Swift had it right:
“The vermin only teaze and pinch
Their foes superior by an inch.
So, naturalists observe, a flea
Has smaller fleas that on him prey;
And these have smaller still to bite ’em,
And so proceed ad infinitum.”

I don’t feel that superior. These slugs are unstoppable!

I finally got the older one to unfurl, and it gave me a perfect measure.

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An inch, Mr Swift? How about four? Gaaaah!

The book says that is maximum size for this species. But. There is another one that can get up to 25mm in length – almost ten inches long. The ashy-grey slug, Limax cinereoniger. At least this Limax doesn’t come into gardens, otherwise I might actually faint away if I am surprised by one of those.

Oh: I killed them all. With glee, and table salt.

Facebook Thinks I’m Into “Woo”.

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Facebook suggests Pages You Might Like. More often than not, they have no friggin’ clue what I like!

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Really? Orbs? Really? Because I take a lot of pictures, like everyone else on FB? I can’t think of any other reason they think I’d be fascinated by a group that believes photographic anomalies equals … well, whatever they think! Spirits, ghosts, souls, aliens…? I’d be more likely to believe these photos are capturing the remnants of a fart than anything paranormal.

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Oh now, so many many more members! These must be the folks that have it all figured out, for sure! I’ll jump right on that.

I can only think my tirades against the anti-vaxers and my distaste for what the Church has been up to recently (800 dead kids found in an old septic tank, anyone?) links me somehow to those people who believe the rubbish they hear ‘from a friend of a friend’ over proper scientific studies.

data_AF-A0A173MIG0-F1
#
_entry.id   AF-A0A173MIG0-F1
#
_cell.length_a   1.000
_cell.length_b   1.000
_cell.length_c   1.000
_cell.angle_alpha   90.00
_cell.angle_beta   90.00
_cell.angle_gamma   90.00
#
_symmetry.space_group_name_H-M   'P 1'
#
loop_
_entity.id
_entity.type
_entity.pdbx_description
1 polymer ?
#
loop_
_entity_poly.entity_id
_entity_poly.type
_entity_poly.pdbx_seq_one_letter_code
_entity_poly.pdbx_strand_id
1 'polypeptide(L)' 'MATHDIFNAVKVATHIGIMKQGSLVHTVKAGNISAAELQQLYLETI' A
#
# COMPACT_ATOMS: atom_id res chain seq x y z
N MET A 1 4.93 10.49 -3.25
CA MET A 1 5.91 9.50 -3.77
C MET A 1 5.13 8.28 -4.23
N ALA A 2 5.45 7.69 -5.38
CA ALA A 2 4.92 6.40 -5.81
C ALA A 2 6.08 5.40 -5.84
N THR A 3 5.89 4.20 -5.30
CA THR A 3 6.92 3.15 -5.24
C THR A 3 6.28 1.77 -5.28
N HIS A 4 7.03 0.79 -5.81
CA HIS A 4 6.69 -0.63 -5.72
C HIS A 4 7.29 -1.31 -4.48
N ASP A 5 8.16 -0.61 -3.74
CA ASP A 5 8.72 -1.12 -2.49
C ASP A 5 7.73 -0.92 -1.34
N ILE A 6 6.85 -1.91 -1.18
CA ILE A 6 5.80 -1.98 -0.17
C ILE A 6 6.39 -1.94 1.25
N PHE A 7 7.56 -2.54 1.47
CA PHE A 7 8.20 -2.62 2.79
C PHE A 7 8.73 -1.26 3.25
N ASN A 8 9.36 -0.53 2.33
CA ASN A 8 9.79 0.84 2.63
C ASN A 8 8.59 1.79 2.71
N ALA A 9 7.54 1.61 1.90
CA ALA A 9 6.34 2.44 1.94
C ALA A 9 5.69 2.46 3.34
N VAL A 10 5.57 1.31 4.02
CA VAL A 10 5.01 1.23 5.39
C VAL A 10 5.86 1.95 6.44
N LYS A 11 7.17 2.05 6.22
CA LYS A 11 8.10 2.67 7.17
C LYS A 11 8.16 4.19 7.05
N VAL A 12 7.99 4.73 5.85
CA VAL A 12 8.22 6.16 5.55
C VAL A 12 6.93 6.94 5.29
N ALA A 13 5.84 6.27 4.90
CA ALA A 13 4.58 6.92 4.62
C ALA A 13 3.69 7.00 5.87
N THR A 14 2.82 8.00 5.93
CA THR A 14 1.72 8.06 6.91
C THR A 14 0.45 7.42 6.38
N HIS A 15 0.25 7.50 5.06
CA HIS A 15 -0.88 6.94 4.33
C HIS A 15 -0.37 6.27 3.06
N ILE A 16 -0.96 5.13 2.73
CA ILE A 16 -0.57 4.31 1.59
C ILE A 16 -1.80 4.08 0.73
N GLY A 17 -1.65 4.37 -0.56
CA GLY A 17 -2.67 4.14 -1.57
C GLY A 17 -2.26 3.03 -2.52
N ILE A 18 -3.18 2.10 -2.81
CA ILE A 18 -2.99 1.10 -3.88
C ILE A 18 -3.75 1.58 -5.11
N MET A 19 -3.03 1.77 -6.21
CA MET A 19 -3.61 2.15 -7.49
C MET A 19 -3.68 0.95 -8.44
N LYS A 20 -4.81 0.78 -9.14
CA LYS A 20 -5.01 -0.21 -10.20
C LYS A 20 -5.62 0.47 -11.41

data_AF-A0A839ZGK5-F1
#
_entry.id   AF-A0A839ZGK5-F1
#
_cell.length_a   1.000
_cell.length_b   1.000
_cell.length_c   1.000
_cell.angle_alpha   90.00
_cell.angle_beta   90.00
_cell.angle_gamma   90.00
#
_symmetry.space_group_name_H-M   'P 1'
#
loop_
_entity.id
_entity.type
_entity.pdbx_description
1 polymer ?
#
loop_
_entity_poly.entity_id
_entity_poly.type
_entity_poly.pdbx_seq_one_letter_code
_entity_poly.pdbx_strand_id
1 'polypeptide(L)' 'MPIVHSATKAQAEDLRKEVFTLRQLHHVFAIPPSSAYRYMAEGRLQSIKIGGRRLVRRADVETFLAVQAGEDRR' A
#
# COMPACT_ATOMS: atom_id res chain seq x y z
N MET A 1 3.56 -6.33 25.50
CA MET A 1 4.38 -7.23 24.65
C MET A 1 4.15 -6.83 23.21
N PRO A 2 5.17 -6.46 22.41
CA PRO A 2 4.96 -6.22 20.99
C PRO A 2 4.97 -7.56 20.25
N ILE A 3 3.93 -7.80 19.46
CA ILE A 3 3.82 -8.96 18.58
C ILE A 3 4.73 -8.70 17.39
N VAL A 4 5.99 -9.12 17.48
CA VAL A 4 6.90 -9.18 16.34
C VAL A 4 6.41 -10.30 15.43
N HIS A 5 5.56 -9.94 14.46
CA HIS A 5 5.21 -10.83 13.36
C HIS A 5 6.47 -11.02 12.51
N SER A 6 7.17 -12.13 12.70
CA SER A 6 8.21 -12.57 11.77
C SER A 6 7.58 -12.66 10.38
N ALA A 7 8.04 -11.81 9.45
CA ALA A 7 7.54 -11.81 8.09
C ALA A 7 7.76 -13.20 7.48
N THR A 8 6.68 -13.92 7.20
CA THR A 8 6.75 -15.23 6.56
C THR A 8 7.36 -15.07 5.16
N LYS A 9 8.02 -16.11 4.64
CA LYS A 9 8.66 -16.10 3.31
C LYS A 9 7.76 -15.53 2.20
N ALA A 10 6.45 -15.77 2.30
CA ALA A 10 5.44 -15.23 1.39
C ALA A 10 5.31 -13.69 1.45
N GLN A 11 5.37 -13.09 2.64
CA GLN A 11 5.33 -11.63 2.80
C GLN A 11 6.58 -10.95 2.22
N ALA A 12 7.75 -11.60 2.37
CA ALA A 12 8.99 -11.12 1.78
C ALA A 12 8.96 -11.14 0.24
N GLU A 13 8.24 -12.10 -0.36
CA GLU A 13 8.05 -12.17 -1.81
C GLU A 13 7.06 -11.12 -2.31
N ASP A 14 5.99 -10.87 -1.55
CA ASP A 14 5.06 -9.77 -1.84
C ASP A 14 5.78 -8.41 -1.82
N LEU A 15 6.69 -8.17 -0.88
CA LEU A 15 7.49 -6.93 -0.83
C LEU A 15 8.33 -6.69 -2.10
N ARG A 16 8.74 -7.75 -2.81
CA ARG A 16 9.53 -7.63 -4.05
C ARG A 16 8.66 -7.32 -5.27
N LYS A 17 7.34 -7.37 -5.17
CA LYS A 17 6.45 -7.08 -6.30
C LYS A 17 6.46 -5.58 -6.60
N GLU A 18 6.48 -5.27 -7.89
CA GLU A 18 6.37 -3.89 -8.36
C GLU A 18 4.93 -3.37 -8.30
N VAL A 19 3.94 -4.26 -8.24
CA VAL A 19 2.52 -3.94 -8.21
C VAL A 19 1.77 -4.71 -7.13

Local Irish Plants that Found Me

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This might not be terribly interesting, but it cropped up in my mind-web as a blog idea and I want to run with it.

I have plants that I never planted. Some are still a mystery, like this one:

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It’s a tree of some sort… Probably a big old weed tree like my grey willow; now well over 12 feet tall and beloved by the little birds. This one is growing in my planter of irises, and I’ve tried to kill it two years in a row by accident. It keeps coming back – maybe an ash tree?

I gained a fern last year out of nowhere, too.

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This is either a ‘hay-scented fern’ or a ‘lady fern’. Tending toward the former, as it says primarily grows in western Ireland and likes west-facing land (ticks one box, as it faces south). I don’t mind one bit that it landed here.

I dug this up and planted it, a native flowering grass. I believe it is thrift, Armeria maritima.

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And of course the yellow iris we dug up! I don’t know anyone else who has these in their garden on purpose. Iris pseudacorus

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My newest arrival was a mystery for the whole six minutes it was in Facebook. I had a guess, and it was confirmed: native Irish common spotted orchid, Dactylorhiza fuchsii. Did you know that Ireland has at least 14 native orchids?

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It’s getting ready to bloom, too:

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I love what I grew intentionally, but these are some lovely native species that I can’t kick out of the garden.